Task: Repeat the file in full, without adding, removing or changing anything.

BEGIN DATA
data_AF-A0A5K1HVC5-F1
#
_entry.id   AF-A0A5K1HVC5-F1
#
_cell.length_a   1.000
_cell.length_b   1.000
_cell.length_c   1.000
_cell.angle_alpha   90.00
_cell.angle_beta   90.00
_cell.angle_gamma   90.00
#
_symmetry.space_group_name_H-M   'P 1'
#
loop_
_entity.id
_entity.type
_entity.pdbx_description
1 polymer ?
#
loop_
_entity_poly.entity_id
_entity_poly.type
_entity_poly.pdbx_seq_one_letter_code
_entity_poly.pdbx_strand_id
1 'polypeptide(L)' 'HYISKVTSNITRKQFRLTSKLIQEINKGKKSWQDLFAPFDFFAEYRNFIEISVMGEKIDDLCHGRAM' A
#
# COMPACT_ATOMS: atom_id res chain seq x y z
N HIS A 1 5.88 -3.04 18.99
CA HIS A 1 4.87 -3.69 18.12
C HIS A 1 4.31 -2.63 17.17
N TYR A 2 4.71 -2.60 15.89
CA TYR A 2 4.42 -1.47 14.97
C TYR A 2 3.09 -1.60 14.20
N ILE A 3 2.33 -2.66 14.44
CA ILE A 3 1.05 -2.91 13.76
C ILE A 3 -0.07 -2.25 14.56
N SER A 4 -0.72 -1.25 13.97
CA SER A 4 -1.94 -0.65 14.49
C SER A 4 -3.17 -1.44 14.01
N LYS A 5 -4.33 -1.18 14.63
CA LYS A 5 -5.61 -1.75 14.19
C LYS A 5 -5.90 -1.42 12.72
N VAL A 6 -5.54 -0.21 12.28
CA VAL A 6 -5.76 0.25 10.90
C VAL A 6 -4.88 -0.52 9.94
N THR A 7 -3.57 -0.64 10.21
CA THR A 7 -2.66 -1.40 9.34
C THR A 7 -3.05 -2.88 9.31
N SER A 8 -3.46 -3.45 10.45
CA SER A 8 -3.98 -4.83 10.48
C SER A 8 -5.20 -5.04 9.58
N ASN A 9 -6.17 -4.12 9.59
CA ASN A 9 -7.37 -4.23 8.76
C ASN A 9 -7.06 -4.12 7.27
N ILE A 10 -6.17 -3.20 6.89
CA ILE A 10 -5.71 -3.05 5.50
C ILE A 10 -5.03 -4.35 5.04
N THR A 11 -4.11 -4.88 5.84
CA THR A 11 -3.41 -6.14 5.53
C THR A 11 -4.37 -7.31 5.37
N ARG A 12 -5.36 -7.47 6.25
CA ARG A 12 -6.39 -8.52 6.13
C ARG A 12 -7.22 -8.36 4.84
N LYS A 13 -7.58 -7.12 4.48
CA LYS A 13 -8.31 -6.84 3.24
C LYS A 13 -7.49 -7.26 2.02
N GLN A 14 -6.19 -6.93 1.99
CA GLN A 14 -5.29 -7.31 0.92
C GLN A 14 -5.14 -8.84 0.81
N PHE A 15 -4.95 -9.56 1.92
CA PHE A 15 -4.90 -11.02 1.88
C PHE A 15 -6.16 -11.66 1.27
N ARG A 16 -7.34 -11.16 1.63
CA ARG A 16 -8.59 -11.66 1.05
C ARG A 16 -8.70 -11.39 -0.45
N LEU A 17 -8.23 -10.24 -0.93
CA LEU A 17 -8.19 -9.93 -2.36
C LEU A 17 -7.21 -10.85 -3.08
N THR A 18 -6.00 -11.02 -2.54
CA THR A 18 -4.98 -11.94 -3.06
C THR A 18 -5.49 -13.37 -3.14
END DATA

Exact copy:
data_AF-A0A5K1HVC5-F1
#
_entry.id   AF-A0A5K1HVC5-F1
#
_cell.length_a   1.000
_cell.length_b   1.000
_cell.length_c   1.000
_cell.angle_alpha   90.00
_cell.angle_beta   90.00
_cell.angle_gamma   90.00
#
_symmetry.space_group_name_H-M   'P 1'
#
loop_
_entity.id
_entity.type
_entity.pdbx_description
1 polymer ?
#
loop_
_entity_poly.entity_id
_entity_poly.type
_entity_poly.pdbx_seq_one_letter_code
_entity_poly.pdbx_strand_id
1 'polypeptide(L)' 'HYISKVTSNITRKQFRLTSKLIQEINKGKKSWQDLFAPFDFFAEYRNFIEISVMGEKIDDLCHGRAM' A
#
# COMPACT_ATOMS: atom_id res chain seq x y z
N HIS A 1 5.88 -3.04 18.99
CA HIS A 1 4.87 -3.69 18.12
C HIS A 1 4.31 -2.63 17.17
N TYR A 2 4.71 -2.60 15.89
CA TYR A 2 4.42 -1.47 14.97
C TYR A 2 3.09 -1.60 14.20
N ILE A 3 2.33 -2.66 14.44
CA ILE A 3 1.05 -2.91 13.76
C ILE A 3 -0.07 -2.25 14.56
N SER A 4 -0.72 -1.25 13.97
CA SER A 4 -1.94 -0.65 14.49
C SER A 4 -3.17 -1.44 14.01
N LYS A 5 -4.33 -1.18 14.63
CA LYS A 5 -5.61 -1.75 14.19
C LYS A 5 -5.90 -1.42 12.72
N VAL A 6 -5.54 -0.21 12.28
CA VAL A 6 -5.76 0.25 10.90
C VAL A 6 -4.88 -0.52 9.94
N THR A 7 -3.57 -0.64 10.21
CA THR A 7 -2.66 -1.40 9.34
C THR A 7 -3.05 -2.88 9.31
N SER A 8 -3.46 -3.45 10.45
CA SER A 8 -3.98 -4.83 10.48
C SER A 8 -5.20 -5.04 9.58
N ASN A 9 -6.17 -4.12 9.59
CA ASN A 9 -7.37 -4.23 8.76
C ASN A 9 -7.06 -4.12 7.27
N ILE A 10 -6.17 -3.20 6.89
CA ILE A 10 -5.71 -3.05 5.50
C ILE A 10 -5.03 -4.35 5.04
N THR A 11 -4.11 -4.88 5.84
CA THR A 11 -3.41 -6.14 5.53
C THR A 11 -4.37 -7.31 5.37
N ARG A 12 -5.36 -7.47 6.25
CA ARG A 12 -6.39 -8.52 6.13
C ARG A 12 -7.22 -8.36 4.84
N LYS A 13 -7.58 -7.12 4.48
CA LYS A 13 -8.31 -6.84 3.24
C LYS A 13 -7.49 -7.26 2.02
N GLN A 14 -6.19 -6.93 1.99
CA GLN A 14 -5.29 -7.31 0.92
C GLN A 14 -5.14 -8.84 0.81
N PHE A 15 -4.95 -9.56 1.92
CA PHE A 15 -4.90 -11.02 1.88
C PHE A 15 -6.16 -11.66 1.27
N ARG A 16 -7.34 -11.16 1.63
CA ARG A 16 -8.59 -11.66 1.05
C ARG A 16 -8.70 -11.39 -0.45
N LEU A 17 -8.23 -10.24 -0.93
CA LEU A 17 -8.19 -9.93 -2.36
C LEU A 17 -7.21 -10.85 -3.08
N THR A 18 -6.00 -11.02 -2.54
CA THR A 18 -4.98 -11.94 -3.06
C THR A 18 -5.49 -13.37 -3.14